If you are unsure of your career course and need exposure to a lot of different subspecialties, than the big names (that now function as quaternary or even quintenary referral centers) might be helpful - though it's not clear to me that seeing the rarest of the rare is more valuable than good bread and butter subspecialty problems.
 
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SurfingDoctor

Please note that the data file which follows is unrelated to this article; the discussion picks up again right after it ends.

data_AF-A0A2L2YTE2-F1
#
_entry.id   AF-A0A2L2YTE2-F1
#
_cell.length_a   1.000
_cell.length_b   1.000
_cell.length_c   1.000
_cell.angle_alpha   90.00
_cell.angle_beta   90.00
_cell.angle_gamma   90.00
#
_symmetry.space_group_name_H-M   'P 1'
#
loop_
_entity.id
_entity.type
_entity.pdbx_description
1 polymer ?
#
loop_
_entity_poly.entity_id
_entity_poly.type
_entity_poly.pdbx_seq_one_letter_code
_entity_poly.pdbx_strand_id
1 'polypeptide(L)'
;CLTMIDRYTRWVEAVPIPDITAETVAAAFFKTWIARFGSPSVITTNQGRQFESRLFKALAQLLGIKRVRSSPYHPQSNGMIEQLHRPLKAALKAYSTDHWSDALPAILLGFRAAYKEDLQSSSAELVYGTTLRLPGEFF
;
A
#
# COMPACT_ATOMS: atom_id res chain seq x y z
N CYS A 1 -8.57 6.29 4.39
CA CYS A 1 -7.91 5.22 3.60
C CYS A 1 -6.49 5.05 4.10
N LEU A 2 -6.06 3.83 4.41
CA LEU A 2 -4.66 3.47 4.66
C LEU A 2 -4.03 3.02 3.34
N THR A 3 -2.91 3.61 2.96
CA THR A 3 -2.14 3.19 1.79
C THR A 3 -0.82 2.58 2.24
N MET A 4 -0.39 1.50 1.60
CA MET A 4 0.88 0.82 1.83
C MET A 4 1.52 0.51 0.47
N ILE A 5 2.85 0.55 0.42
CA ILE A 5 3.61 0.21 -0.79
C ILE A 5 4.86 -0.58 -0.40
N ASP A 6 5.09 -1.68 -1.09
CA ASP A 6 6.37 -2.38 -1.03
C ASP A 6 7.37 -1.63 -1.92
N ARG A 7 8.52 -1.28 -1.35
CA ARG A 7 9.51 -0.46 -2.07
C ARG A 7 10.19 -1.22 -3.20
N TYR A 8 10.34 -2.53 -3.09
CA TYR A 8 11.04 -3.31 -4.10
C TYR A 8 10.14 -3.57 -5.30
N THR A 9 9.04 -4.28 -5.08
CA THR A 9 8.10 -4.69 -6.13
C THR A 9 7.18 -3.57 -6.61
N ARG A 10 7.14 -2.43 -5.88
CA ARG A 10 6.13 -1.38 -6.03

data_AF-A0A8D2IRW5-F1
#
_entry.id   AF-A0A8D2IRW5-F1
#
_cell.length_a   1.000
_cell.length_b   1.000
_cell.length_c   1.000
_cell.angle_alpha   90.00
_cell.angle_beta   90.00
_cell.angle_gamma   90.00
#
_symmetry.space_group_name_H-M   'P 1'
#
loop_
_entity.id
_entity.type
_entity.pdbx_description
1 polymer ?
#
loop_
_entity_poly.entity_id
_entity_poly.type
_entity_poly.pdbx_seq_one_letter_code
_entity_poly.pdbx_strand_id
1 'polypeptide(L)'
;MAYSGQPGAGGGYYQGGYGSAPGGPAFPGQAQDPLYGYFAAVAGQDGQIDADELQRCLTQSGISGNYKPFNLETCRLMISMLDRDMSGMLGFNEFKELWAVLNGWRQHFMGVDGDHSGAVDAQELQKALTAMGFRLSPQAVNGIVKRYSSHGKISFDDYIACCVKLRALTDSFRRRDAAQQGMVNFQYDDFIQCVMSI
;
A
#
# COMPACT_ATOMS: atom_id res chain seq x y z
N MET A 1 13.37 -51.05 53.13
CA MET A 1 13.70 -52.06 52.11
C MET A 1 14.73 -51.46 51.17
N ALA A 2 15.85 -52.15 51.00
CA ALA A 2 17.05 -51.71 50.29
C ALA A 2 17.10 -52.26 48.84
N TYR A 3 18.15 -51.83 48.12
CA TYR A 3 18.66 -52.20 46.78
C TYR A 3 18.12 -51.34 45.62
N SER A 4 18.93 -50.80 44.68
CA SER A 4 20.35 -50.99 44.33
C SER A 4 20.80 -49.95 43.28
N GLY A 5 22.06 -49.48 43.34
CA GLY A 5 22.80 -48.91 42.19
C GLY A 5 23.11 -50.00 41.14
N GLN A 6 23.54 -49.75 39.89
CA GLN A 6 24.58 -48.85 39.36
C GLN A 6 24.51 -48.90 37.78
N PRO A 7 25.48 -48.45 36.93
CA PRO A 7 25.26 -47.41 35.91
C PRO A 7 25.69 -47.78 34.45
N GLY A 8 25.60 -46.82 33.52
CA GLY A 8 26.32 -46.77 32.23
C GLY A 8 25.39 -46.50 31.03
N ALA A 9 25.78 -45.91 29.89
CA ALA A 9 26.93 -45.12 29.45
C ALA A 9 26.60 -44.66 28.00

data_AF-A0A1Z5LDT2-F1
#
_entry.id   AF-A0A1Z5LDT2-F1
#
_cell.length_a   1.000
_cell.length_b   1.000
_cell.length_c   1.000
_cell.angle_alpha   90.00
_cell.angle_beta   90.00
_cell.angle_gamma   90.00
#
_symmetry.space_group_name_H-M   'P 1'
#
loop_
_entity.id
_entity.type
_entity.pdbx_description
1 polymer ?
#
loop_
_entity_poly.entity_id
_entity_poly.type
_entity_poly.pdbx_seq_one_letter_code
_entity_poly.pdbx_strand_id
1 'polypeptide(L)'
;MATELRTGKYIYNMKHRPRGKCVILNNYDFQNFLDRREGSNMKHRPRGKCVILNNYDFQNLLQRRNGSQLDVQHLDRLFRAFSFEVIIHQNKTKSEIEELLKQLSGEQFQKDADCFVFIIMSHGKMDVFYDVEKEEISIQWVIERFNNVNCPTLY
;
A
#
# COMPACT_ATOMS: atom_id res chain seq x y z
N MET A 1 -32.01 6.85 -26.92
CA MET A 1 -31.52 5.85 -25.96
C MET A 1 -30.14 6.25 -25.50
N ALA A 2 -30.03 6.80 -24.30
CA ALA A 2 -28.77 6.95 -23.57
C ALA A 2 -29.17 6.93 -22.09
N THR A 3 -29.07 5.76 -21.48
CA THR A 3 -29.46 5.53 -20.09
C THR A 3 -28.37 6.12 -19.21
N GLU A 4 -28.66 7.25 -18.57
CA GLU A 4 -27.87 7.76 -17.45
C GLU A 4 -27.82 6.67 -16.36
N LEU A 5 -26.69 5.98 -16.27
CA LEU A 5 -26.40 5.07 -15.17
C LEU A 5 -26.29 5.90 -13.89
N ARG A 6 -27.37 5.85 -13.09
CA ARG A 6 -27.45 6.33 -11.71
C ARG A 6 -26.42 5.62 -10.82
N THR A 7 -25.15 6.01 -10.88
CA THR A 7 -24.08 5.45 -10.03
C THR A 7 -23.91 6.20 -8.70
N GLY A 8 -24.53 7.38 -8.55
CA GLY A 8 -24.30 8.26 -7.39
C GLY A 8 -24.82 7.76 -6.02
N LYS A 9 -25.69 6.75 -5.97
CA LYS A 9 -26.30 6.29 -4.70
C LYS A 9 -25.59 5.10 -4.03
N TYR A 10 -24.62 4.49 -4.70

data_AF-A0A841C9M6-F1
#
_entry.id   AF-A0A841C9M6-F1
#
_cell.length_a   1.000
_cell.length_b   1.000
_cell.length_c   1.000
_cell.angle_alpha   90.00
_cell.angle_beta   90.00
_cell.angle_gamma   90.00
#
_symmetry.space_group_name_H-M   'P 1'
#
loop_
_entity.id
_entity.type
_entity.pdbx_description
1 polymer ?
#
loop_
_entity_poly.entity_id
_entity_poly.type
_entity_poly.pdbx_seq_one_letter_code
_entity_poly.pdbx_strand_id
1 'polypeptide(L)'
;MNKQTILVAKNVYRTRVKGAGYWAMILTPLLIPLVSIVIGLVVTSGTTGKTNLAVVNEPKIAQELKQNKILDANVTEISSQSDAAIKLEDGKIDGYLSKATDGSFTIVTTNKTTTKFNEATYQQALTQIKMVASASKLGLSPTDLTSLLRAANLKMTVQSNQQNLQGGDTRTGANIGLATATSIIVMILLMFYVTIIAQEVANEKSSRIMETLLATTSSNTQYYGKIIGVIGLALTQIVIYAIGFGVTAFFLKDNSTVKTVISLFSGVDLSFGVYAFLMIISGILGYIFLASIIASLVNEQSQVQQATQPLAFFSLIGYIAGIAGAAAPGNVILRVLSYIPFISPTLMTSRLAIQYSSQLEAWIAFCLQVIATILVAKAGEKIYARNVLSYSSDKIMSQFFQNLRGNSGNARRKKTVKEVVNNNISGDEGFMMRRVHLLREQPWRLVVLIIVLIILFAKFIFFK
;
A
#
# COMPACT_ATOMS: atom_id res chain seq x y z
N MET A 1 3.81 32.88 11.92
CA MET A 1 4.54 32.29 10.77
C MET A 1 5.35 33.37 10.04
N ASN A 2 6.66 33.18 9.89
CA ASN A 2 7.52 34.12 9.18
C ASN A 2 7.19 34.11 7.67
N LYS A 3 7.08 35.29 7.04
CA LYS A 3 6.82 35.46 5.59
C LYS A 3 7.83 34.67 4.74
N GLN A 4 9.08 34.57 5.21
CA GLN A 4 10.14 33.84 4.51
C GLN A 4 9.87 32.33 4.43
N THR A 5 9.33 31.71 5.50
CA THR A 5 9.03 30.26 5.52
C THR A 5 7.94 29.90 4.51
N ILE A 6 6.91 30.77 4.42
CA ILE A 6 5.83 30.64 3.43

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Having trained and practiced at large academic centers, I would second BigRedBeta's point. I would disagree with the assumption that bigger, higher ranked, academic institutes train better residents or have better educational opportunities. Certainly, from a 1000 foot view, the programs will say that and others will assume that, but those names and ranks have essentially nothing to do with training or education. Have been at several of those places, often the emphasis (from a hospital standpoint, which is what those rankings are) are based on things that have nothing to do with training. For instances, NIH funding, nurse to patient ratios, number of hospital-acquired infections. Hospitals and university system invest in a lot of money to make these components of the ranking increase for their own hospital system, however these do not translate into education experiences for residents. I have seen great residents/trainees at the programs I have been at, and I have seen some poor resident/trainees who I wouldn't recommend to colleagues. Additionally, I have seen larger programs disincentivise residents ownership of patients because the larger systems have NP, PA, fellows and many other trainees. That's not to say the larger academic centers aren't good programs, they are, but I don't think they are better or offer better training than the rest. The ACGME is pretty clear about what is required to train someone in pediatrics and every ACGME accredited program follows the requirements. Thus the training experience is more or less, similar to all places. In the end, you should apply to the place 1) where you want to live and a place you will enjoy outside of the hospital 2) where you like the people you encounter 3) where you get a good feeling from (after all the interview is only 1 day). If name of a hospital means a lot to you, that's fine and you should apply where you want, just don't assume name/rank equals better training/education.